- Item Weight : 2.95 pounds
- Hardcover : 704 pages
- ISBN-10 : 0801039282
- ISBN-13 : 978-0801039287
- Product Dimensions : 7.19 x 1.56 x 10.29 inches
- Publisher : Baker Academic; Workbook Edition (November 18, 2014)
- Language: : English
- Best Sellers Rank: #111,859 in Books (See Top 100 in Books)
- Customer Reviews:
Top reviews from the United States
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Most first-year Greek students are assigned a textbook by their professor, probably Bill Mounce, Stanley Porter, or David Alan Black. (Perhaps Machen, Summers, etc., are still used by some.) I would recommend Decker's Reading Koine Greek as a great alternative. If you are attempting to renew your Greek abilities from classes long ago, this is an outstanding place to start. But Mounce has the advantage of video lectures to help you if you want that.
First, this grammar is 667 pages long. Decker includes (1) a more extensive explanation of the material than Mounce, which is helpful if you don't have a teacher to explain it; (2) a more informed discussion of linguistics, including supplemental materials and sidebars that are very helpful (quotes by Silva, etc.); and (3) an integrated "workbook," (but this is rather thin). A supplemental workbook would be far better.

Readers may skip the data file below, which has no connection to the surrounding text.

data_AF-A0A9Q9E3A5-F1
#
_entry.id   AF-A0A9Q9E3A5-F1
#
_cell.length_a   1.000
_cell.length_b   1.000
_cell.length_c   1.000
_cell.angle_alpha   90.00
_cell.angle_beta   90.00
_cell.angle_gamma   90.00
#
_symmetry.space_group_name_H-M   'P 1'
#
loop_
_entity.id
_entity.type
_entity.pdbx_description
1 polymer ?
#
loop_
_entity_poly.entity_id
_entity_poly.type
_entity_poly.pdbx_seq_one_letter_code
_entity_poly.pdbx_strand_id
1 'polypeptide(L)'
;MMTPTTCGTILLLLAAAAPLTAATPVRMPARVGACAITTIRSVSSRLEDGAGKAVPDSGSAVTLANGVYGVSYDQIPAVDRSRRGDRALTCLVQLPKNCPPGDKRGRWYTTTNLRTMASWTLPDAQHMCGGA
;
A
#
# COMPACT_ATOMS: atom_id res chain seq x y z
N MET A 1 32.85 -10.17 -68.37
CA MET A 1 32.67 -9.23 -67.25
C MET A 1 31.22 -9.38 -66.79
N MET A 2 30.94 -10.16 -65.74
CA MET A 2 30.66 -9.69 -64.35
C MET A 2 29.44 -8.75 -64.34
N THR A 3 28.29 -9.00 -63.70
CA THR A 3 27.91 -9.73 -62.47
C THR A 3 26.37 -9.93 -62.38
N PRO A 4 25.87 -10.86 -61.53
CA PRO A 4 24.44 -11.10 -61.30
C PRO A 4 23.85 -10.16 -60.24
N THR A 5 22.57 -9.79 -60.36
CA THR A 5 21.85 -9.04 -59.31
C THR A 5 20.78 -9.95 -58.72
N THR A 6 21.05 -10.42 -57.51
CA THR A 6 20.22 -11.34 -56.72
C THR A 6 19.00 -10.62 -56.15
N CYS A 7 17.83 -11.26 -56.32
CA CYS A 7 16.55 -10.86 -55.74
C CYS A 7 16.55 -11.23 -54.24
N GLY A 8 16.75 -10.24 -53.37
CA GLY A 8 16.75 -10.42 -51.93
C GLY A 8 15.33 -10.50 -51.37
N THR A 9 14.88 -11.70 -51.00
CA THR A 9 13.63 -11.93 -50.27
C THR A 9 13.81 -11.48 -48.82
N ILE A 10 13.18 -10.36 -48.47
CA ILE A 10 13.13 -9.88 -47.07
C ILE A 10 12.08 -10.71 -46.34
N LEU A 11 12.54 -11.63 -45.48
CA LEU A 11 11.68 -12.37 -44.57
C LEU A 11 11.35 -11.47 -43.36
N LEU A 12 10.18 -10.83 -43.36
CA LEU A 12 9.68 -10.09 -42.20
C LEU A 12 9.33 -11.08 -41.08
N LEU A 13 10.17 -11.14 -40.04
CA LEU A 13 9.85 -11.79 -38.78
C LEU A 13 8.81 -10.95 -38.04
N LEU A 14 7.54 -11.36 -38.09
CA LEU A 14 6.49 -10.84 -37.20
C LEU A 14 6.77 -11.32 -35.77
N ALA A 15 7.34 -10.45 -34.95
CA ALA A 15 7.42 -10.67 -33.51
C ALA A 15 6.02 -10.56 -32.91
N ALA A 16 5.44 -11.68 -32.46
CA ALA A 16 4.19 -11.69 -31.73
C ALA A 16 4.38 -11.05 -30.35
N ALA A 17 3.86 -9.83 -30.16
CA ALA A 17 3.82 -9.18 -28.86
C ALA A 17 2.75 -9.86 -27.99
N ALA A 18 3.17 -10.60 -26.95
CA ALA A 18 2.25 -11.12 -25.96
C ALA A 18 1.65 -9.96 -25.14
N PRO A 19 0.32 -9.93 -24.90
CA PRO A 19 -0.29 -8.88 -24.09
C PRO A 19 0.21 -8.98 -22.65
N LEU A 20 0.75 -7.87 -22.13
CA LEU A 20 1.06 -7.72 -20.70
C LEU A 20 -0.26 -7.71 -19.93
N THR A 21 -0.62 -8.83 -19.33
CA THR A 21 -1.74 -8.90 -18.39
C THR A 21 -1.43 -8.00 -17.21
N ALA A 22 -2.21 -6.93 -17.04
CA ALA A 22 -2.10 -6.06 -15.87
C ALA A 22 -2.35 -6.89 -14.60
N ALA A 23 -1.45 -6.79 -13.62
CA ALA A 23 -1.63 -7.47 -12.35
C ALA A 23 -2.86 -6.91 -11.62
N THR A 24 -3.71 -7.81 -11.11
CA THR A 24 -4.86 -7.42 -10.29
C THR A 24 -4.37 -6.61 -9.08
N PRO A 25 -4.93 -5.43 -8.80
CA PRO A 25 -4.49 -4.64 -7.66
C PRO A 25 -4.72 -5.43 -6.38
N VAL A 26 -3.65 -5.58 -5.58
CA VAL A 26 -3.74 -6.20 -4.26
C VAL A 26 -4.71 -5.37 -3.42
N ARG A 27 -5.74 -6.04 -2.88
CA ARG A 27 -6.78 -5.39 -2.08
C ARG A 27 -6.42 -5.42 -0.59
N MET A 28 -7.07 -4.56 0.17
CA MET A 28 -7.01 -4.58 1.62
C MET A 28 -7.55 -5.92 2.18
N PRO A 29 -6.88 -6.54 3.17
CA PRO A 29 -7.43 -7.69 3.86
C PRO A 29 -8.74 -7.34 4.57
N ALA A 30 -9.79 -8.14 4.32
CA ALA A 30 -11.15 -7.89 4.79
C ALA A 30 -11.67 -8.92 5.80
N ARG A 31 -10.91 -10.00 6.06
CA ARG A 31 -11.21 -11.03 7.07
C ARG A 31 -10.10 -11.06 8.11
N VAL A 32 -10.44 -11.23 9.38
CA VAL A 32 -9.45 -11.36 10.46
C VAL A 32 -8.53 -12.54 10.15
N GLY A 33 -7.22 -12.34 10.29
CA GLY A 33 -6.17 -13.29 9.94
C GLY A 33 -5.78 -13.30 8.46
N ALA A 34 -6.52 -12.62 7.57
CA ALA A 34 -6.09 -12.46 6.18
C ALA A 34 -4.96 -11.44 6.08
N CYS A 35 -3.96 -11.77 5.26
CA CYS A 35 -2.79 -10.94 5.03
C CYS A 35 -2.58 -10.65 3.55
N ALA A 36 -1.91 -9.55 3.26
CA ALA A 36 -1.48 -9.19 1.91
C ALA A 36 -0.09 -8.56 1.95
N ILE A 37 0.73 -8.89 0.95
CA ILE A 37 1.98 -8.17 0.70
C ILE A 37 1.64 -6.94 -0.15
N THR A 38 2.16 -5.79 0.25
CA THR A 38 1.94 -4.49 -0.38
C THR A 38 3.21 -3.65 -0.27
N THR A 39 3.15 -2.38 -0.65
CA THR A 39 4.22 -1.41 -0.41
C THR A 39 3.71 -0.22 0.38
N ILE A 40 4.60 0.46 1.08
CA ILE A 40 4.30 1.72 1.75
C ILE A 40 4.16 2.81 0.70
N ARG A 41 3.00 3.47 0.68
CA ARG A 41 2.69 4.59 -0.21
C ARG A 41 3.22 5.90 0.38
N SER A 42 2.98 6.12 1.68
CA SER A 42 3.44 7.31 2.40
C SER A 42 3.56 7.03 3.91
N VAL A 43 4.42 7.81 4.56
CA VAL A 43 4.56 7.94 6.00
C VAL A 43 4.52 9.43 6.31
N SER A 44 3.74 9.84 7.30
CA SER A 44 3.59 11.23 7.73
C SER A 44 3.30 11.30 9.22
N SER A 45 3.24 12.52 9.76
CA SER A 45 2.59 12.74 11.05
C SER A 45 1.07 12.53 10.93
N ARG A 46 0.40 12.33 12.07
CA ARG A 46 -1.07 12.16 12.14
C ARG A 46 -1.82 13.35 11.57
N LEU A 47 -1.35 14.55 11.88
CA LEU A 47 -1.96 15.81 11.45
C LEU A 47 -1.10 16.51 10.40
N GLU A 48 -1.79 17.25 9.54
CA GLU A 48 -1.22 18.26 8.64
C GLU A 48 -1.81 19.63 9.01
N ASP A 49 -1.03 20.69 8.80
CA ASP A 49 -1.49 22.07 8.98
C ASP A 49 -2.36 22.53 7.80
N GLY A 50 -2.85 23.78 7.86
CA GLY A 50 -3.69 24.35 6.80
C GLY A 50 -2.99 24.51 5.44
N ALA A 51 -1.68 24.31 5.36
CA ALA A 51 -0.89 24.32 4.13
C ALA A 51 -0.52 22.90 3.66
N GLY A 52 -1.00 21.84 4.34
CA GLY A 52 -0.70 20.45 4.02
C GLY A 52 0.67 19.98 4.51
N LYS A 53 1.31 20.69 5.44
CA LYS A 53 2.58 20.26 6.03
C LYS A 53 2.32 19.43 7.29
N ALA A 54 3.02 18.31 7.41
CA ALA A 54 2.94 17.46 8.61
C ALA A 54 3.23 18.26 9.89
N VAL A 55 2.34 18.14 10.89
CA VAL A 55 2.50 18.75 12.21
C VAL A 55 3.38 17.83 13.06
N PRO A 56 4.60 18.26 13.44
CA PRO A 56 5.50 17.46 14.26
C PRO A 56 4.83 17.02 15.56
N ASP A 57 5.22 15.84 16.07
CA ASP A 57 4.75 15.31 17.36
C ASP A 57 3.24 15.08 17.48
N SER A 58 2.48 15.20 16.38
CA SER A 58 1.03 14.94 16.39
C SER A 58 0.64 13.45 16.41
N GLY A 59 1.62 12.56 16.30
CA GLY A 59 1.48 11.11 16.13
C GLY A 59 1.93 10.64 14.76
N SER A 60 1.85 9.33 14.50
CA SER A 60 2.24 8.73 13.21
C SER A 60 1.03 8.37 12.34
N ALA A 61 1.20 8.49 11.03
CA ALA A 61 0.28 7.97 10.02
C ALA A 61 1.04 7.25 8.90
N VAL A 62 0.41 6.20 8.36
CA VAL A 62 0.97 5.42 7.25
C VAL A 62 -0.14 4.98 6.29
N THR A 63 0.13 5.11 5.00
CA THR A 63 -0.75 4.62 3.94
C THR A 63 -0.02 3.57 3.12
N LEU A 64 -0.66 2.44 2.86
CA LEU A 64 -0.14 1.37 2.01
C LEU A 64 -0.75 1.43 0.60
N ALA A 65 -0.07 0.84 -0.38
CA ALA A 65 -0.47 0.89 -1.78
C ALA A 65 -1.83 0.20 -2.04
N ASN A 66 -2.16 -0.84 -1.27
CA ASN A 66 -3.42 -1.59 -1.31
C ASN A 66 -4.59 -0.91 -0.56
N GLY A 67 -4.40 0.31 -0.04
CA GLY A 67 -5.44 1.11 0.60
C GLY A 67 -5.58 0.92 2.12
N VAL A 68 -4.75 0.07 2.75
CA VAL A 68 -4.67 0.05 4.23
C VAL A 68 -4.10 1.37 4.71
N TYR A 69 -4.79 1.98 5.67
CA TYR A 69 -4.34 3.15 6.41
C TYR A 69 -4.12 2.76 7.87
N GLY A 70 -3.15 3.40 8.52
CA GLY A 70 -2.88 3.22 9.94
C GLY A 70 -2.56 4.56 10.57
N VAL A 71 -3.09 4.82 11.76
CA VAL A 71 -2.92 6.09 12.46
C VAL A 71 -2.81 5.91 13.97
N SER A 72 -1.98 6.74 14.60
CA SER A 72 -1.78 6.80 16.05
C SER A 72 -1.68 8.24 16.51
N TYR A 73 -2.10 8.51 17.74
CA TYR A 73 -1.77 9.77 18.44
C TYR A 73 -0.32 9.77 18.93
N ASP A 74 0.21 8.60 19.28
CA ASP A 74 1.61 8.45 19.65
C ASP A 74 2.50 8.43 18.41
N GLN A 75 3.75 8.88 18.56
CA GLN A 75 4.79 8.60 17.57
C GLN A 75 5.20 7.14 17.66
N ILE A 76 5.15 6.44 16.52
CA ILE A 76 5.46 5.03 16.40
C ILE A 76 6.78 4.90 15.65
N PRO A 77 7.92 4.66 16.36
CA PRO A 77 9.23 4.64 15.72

Second, Decker is a well-respected scholar with advanced publications on Greek verbal aspect, perhaps second only to Porter for those who have published beginning grammars. Decker advocates for three aspects: Perfective, (aorist tense-form); Imperfective, (present and imperfect tense-form); Stative, (perfect and pluperfect tense-form). He substantially agrees with Porter and Constantine Campbell (although Campbell does not view the stative as an aspect). The understanding of Greek aspect is widely debated by scholars with publications by McKay, Porter, Fanning, Decker, Black, et al. I believe it is important to include verbal aspect in first-year classes so that a student's misunderstanding does not need to be corrected in 2nd year classes. Not much is included by Decker regarding Aktionsart, because that is a 2nd year topic. So his book's length is not because of the inclusion of a lot of second-year material.